Shown above is an oil tanker built by DSME. Courtesy of DSME

In late January, Hyundai Heavy Industries (HHI) signed a preliminary deal to acquire its rival Daewoo Shipbuilding & Maritime Engineering (DSME). The former signed the contract with the state-run Korea Development Bank, which has a 55.7 percent stake in the latter.

But experts point out the transaction, which involves the world’s two largest shipyards headquartered in Korea, is not a done deal because it has to get the go-ahead not only from Korean regulators but also those of China and Japan.

Typically, a merger and acquisition (M&A) contract is subject to approval by the anti-trust agency of a certain country. But in the case of mega-sized deals that greatly affect global consumers, other countries also have a say.

In the case of the shipbuilding industry, HHI will have to get the green light from China, Japan, the United States and the European Union, which purchase many ships from HHI and DSME.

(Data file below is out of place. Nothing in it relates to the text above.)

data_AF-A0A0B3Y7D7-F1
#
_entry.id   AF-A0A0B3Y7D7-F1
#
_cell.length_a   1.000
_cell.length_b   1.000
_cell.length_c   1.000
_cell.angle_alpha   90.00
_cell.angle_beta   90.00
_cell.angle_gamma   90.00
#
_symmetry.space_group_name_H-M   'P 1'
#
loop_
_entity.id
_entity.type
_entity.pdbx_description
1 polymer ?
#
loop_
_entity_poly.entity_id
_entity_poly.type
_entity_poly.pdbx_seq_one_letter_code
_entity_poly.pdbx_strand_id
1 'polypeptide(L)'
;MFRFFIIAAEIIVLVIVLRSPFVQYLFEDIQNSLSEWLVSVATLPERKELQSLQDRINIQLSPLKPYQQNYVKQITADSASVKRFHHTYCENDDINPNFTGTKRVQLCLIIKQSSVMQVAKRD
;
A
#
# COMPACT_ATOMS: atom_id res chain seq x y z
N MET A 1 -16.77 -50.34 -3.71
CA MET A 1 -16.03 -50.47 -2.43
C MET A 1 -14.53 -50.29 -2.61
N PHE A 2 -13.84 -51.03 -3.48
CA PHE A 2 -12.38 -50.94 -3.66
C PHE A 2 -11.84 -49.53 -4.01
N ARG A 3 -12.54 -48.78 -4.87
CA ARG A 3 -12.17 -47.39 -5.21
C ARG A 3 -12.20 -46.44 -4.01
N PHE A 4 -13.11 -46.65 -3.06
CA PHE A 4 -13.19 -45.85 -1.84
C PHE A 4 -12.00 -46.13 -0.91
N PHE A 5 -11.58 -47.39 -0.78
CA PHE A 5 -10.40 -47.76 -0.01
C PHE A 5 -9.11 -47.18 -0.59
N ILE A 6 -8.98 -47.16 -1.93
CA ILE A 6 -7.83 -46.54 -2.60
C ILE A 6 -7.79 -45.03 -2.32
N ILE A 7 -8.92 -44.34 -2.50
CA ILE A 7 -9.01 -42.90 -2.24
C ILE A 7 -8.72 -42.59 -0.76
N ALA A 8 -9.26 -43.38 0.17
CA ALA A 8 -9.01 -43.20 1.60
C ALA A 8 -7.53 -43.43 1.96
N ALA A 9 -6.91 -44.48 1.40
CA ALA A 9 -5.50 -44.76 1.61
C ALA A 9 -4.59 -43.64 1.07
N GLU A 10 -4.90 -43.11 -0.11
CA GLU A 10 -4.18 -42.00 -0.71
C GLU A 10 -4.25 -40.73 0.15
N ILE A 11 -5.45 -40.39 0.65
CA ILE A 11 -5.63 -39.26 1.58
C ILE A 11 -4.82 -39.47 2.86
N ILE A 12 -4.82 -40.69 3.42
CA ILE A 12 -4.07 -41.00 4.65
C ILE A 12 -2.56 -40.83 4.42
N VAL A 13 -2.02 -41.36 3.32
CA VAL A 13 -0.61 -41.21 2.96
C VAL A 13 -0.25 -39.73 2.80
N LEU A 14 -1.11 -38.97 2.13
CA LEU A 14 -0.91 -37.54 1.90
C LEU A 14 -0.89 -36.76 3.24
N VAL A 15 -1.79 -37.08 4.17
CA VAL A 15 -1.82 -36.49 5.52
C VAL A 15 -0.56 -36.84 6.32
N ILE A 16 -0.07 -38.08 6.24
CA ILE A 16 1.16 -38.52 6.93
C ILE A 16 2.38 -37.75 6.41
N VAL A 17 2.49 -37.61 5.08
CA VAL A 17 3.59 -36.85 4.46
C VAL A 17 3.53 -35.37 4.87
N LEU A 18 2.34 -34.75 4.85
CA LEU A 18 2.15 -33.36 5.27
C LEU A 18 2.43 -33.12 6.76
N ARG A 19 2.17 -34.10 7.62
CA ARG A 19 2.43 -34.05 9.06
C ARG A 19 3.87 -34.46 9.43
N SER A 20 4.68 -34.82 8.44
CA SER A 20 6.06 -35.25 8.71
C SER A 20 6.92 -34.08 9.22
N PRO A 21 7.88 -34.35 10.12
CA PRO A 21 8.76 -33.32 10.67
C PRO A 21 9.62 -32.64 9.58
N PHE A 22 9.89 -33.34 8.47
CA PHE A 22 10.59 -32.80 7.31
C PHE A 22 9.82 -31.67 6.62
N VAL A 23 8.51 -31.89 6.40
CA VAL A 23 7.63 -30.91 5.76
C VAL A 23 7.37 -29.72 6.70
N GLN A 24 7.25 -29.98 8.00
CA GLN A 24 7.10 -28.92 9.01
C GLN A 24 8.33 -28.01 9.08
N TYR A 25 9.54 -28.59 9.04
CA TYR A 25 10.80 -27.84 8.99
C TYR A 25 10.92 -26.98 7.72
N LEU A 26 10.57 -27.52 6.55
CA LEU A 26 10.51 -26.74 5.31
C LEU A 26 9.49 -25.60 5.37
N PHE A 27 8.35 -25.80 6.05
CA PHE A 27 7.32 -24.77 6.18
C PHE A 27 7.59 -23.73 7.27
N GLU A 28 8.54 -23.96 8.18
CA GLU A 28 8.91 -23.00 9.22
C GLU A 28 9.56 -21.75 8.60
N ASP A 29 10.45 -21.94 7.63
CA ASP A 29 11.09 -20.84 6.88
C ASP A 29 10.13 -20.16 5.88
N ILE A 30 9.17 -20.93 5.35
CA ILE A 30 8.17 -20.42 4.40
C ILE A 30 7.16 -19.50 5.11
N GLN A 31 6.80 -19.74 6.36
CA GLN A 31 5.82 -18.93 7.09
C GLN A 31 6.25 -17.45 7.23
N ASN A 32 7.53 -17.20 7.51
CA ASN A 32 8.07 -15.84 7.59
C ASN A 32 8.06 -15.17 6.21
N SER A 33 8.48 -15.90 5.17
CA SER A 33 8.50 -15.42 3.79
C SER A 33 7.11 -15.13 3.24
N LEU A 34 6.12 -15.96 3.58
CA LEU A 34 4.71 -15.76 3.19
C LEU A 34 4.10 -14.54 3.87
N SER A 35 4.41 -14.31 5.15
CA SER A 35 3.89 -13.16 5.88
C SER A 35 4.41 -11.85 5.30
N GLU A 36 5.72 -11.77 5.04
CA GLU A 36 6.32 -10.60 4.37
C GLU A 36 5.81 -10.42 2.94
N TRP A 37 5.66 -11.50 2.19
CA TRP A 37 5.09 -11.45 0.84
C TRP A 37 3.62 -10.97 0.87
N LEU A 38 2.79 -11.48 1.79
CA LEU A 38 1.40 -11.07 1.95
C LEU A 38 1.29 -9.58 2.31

The two companies’ combined market share would be slightly higher than 20 percent; and while this is not so large, in specific segments such as LNG and container carriers, and oil tankers the figures are much higher.

For instance, the two firms combine to account for more than 80 percent of the market in LNG carriers.

And there are recent examples of aborted takeovers attributable to the objections of other countries.

Midway through last year, Qualcomm scrapped its $44 billion bid to purchase NXP Semiconductor after the biggest deal in the chip industry failed to win China’s approval.

Out of nine relevant jurisdictions, eight approved the contract, but China’s veto practically ended the deal.

It also remains to be seen whether Korea’s Fair Trade Commission will easily give a nod to the acquisition.

In 2016, the antitrust agency refused to approve SK Telecom’s attempt to buy CJ HelloVision after a seven-month review. SK Telecom is Korea’s largest mobile operator while CJ HelloVision is the country’s top cable TV operator.